Digital or Acoustic?

Added on by Greg Anderson.
Dear Greg,
I own a yamaha P250 ditigal piano and its really nice. The only thing is I just don't get that "acoustic" feel. It sounds just like an acoustic, though I still don't get that feel..I occassionally go to Eastman school of music to use their pianos, but it uses a bit too much gas.. And I 'm only there like once a week for 2 hours. My parents currently cant afford an acoustic, especially since the American ecomony is down. Do you think after this ecomony thing I should ask my parents to begin to invest in a real one? Or do you think I should just stick with the P250 until I move out and buy my own? -Kalen

Dear Kalen,

It's not just the feel, but the *sound* of digital keyboards that will hinder your growth as a pianist. Digital keyboards are unable to recreate the natural blend of overtones heard on a real piano; furthermore, they lack the immense variety of tonal "colors" that a real piano can create. As a pianist, it is necessary to learn to control these colors and overtones in beautiful ways. Developing your skills on a digital keyboard will weaken your ear's ability to hear these differences and it will prevent you from truly learning to exploit the tonal possibilities of a piano.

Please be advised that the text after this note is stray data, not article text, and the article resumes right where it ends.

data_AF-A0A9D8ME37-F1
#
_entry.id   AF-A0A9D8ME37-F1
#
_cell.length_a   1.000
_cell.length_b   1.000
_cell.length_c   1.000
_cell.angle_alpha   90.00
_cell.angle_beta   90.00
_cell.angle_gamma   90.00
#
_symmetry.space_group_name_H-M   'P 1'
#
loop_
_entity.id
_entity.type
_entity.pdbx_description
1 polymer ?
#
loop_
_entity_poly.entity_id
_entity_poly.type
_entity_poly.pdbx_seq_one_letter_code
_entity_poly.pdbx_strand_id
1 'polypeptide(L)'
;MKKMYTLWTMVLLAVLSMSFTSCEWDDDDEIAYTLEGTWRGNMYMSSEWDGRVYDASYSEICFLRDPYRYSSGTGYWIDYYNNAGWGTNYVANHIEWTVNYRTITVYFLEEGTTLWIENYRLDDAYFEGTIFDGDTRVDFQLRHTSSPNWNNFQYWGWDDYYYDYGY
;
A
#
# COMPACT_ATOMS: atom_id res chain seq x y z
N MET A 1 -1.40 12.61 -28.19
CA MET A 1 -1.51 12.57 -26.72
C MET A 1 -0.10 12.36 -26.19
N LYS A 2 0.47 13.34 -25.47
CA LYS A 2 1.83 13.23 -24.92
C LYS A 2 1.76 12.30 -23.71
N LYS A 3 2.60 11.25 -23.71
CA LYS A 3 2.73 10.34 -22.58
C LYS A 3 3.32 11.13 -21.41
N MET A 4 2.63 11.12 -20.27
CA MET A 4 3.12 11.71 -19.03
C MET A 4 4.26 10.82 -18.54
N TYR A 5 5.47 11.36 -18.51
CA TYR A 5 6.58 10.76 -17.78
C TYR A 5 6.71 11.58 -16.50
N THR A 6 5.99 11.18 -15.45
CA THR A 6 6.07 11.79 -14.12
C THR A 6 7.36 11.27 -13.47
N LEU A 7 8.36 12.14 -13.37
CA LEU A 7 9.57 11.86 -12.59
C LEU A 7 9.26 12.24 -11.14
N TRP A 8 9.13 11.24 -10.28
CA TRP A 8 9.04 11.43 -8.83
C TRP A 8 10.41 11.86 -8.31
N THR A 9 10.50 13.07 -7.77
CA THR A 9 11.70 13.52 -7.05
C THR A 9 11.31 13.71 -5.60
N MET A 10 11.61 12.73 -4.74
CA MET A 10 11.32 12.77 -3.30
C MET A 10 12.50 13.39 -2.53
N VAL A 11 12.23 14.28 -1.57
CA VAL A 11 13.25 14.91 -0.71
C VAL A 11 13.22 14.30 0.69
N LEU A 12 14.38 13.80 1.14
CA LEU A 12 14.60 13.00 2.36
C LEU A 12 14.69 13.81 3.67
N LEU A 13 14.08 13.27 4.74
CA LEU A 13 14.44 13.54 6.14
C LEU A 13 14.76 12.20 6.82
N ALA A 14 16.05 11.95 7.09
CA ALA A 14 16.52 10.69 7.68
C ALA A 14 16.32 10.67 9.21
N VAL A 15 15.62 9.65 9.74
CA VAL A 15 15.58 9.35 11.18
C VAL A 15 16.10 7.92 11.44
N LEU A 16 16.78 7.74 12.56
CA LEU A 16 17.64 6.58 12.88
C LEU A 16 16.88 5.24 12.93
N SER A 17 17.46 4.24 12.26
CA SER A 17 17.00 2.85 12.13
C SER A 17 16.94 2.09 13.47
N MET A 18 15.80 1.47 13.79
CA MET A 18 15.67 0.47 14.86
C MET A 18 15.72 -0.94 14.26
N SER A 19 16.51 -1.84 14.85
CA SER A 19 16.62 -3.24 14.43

That said, you probably should evaluate your priorities first. If your number one priority is to become a classical pianist, then you really should be training on an acoustic piano, preferably a grand piano. If playing the piano is just one of many things you enjoy in life, then perhaps you should stick with the keyboard. Keyboards certainly have many advantages (I use my Yamaha P80 quite often!): they stay in tune, they make less noise, they hook up to a computer, and they are more affordable. For an aspiring concert pianist, however, these advantages are small when compared to the feel and sound of a real piano.

- Greg